An essay by Engel Keyes, as provided by Adam Sear
Art by Katie Nyborg
My Gran is a time-traveler. Not by choice or force, even. It was purely accidental. My parents didn’t believe me when I told them. It was only when a portal opened during a summer barbeque and my Gran came through in Tudor dress, riding a large machine, that they believed. Salad and sausages splattered against their faces as they fainted.
Gran used to work in a University as a lab assistant to the researchers. When I was little, say five or six, she would sit me on her knee and tell me all about the wonderful stuff they were discovering. She’d try and use short words, but inevitably thirteen syllable ones would creep in. Eventually she’d shake me off and I’d run away to mimic the wonderful experiments, mud substituting for radioactive chemicals and water for noxious acid. Sometimes I’d taste the potions I’d make, hoping to be imbued with powers of flight; being stranded in hospital with both my legs in plaster ended that thought.
My parents would, after every accident, speak to Gran and dissuade her from telling me about the lab adventures. Eventually she stopped the lab stories and started into another area. She began with the dinosaurs, describing the mighty beasts, right down to their smell. She’d look into the distance, tousle my hair, and say: “That was a good one that, my boy.”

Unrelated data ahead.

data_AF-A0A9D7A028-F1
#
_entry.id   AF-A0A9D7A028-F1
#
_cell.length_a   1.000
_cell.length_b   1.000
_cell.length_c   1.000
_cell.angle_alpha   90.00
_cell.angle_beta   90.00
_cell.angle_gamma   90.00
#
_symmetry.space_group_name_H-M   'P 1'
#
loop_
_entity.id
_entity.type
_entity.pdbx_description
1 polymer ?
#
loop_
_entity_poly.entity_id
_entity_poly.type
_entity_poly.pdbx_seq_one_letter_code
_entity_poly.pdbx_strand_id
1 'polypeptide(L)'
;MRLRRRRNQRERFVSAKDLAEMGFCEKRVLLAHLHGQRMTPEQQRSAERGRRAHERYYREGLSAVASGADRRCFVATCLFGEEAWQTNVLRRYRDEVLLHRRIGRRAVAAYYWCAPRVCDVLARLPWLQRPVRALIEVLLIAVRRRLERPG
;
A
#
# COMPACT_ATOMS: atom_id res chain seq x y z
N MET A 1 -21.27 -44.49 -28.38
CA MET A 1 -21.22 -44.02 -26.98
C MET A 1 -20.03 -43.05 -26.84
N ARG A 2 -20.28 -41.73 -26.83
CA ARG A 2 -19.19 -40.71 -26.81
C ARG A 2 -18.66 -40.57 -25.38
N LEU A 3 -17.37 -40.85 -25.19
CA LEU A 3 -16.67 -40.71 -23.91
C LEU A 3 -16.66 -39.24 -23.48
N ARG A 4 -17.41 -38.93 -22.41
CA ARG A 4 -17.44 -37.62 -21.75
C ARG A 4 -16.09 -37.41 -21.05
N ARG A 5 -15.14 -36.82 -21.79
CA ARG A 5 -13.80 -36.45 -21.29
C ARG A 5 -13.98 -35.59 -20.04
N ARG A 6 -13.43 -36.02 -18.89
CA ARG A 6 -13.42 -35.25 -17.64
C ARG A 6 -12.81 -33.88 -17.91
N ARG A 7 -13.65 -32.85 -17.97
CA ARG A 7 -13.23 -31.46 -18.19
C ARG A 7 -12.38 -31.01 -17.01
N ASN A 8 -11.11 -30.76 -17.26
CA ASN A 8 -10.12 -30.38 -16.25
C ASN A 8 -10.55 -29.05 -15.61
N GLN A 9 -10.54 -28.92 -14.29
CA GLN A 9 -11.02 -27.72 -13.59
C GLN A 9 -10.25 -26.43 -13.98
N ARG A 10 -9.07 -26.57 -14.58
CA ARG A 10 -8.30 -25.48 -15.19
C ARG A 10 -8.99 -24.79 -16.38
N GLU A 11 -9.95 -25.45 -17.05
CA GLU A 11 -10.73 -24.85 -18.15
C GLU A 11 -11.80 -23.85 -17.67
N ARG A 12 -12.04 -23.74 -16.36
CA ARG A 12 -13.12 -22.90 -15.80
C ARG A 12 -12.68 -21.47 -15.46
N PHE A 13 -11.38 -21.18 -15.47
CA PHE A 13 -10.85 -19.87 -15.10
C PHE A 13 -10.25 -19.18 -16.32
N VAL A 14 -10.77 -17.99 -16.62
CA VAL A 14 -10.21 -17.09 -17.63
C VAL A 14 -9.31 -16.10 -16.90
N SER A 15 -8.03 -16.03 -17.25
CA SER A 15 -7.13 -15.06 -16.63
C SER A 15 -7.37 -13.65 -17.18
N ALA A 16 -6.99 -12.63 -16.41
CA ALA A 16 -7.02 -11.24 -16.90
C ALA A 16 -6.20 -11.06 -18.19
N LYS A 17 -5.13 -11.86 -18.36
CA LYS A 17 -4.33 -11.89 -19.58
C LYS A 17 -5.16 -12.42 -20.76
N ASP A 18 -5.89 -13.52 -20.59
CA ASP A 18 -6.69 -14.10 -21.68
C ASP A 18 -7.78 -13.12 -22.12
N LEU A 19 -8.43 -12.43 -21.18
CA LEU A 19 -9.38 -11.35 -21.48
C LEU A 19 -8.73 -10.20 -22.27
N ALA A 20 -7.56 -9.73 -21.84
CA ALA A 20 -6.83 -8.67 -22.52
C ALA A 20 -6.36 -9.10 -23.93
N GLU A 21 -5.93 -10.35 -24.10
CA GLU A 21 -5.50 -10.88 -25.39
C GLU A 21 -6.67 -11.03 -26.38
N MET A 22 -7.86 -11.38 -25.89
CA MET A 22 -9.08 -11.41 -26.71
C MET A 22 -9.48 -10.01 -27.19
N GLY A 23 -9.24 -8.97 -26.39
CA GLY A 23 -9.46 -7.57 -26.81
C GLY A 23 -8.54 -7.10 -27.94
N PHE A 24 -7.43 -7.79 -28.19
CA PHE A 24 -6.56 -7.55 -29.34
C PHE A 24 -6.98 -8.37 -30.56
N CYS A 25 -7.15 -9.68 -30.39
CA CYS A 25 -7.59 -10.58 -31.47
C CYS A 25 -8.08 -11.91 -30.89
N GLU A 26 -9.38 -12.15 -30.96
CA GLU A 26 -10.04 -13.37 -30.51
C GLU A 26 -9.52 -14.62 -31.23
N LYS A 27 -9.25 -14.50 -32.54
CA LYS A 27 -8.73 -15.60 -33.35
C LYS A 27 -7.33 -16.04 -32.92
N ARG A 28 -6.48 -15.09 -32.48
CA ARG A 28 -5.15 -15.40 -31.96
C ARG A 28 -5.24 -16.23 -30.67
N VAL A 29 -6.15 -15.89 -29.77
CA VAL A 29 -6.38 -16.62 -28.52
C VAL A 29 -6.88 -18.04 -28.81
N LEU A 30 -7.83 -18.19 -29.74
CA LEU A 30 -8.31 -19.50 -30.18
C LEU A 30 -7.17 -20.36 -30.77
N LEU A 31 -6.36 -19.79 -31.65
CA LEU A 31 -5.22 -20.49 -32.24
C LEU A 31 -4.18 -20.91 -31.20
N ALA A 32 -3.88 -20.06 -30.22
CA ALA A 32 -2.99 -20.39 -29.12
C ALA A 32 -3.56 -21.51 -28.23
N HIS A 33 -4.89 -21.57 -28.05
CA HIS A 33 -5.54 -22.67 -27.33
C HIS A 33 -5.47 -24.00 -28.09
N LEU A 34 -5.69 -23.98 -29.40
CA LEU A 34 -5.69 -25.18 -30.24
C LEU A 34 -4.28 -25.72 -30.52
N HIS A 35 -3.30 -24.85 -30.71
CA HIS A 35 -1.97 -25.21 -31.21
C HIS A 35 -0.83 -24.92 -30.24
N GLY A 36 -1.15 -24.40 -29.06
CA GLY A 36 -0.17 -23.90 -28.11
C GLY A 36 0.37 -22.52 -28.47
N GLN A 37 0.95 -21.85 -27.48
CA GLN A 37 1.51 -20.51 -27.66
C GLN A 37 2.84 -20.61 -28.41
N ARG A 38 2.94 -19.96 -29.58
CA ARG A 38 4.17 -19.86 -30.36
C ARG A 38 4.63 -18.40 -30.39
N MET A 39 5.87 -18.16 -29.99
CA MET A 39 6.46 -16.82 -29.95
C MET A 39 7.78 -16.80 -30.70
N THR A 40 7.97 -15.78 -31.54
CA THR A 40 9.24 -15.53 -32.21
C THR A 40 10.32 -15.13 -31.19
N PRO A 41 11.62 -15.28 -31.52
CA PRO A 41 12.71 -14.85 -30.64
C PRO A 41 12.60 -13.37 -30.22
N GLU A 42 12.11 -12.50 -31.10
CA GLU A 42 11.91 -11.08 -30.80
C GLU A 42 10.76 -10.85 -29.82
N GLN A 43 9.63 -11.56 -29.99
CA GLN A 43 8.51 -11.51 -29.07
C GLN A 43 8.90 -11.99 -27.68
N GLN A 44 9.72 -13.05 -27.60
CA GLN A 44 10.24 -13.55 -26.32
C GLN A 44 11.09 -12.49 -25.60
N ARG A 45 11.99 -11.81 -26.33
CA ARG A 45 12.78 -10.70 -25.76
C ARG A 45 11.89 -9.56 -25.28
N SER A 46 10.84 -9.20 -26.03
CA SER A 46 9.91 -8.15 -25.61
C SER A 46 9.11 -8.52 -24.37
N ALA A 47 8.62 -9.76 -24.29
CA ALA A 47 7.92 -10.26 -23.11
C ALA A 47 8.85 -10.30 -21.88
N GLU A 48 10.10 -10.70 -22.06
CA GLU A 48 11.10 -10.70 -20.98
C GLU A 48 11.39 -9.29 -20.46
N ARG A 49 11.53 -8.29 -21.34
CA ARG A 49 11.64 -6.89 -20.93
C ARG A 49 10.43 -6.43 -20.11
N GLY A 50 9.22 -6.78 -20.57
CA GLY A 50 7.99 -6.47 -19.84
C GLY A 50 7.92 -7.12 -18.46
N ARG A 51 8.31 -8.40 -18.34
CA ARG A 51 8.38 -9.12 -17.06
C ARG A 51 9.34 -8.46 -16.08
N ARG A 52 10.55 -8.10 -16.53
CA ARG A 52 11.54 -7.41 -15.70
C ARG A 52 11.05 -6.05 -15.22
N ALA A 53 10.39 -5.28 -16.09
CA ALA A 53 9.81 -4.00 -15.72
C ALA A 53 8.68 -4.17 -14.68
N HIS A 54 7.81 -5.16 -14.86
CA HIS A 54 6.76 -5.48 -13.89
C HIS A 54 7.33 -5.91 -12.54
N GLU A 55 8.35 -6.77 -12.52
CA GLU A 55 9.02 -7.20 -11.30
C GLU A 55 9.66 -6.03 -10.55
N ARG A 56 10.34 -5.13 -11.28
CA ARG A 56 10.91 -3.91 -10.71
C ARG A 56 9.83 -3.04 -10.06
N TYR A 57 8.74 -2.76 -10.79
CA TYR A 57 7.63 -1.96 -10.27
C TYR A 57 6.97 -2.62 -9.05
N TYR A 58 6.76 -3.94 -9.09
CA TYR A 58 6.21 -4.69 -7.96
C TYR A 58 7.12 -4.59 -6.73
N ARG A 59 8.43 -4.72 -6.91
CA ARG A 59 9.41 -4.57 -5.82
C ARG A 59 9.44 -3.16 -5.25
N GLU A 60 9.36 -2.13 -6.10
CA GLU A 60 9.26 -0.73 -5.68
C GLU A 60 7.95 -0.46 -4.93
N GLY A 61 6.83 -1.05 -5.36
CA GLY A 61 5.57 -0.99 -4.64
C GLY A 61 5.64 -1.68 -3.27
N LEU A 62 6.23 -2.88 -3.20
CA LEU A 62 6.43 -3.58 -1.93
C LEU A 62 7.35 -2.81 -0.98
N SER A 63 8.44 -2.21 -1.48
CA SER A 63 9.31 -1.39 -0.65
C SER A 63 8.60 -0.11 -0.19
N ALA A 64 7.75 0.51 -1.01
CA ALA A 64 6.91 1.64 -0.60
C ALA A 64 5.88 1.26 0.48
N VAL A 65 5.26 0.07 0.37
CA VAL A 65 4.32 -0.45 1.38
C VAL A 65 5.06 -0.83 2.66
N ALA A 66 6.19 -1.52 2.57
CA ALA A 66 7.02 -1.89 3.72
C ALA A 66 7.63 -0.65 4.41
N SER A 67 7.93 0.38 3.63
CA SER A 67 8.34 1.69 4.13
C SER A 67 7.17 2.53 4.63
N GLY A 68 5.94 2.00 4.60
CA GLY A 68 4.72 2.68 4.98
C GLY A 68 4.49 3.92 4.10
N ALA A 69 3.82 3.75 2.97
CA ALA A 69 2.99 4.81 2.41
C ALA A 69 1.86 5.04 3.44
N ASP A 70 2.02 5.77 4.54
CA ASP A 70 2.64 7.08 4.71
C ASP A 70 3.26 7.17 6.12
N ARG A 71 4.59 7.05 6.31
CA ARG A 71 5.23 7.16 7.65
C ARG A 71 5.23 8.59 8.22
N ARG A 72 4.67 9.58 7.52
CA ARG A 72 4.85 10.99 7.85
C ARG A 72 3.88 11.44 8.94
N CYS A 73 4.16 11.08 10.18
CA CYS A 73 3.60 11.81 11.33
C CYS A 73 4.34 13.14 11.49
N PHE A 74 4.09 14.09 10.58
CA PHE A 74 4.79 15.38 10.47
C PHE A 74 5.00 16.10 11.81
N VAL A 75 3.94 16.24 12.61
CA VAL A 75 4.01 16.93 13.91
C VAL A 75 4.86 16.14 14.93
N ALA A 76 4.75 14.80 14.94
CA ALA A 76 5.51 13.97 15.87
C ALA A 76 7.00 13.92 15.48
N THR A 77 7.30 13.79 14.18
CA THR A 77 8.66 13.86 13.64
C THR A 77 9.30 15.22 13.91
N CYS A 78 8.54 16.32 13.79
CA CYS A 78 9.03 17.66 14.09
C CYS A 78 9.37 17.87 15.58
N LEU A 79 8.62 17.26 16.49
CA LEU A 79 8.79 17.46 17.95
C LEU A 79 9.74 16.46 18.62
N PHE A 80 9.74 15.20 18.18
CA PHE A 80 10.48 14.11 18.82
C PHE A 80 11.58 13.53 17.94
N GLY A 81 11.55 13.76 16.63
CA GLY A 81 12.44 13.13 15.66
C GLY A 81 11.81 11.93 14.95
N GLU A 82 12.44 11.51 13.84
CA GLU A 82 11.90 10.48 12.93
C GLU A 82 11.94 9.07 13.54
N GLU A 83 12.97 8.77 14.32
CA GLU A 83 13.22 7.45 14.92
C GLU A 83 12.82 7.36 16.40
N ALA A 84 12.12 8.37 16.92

As I grew older, I stopped fitting on her knee. Instead I’d sit opposite, in one of her rocking chairs, moving back and forth as she told tales of the wars past and future. Sometimes she’d cry, sometimes she’d laugh.
It was in the summer of 2013 that she emerged from the portal. I’d been discussing my degree with my family, beer was flowing, and the barbeque crackling. Uncle Manuel was jumping on the trampoline with my cousins when the portal opened. The Time Machine trundled through, crushing the grass underneath its brass construction. Sitting in the control chair was Gran, a Tudor dress cascading over the Machine, a set of rubber goggles covering her eyes.
To read the rest of this story, check out the Mad Scientist Journal: Summer 2013 collection.
Engel Keyes has dedicated his life to making his Gran proud, and is avoiding Monday morning work by going on a perpetual time-travel adventure. He is thinking about writing an anthology of his time-travel adventures.
Adam Sear is a BA English student at the University of Hull, UK. As an English student, he spends much of his time reading or drinking. He spends many of his weekends travelling around the UK, going to debate competitions. He blogs occasionally at www.supplementalthoughts.wordpress.com and can be found as @Extra_Thoughts on Twitter.
Katie Nyborg’s art, plus information regarding hiring her, can be found at http://katiedoesartthings.tumblr.com/Follow us online: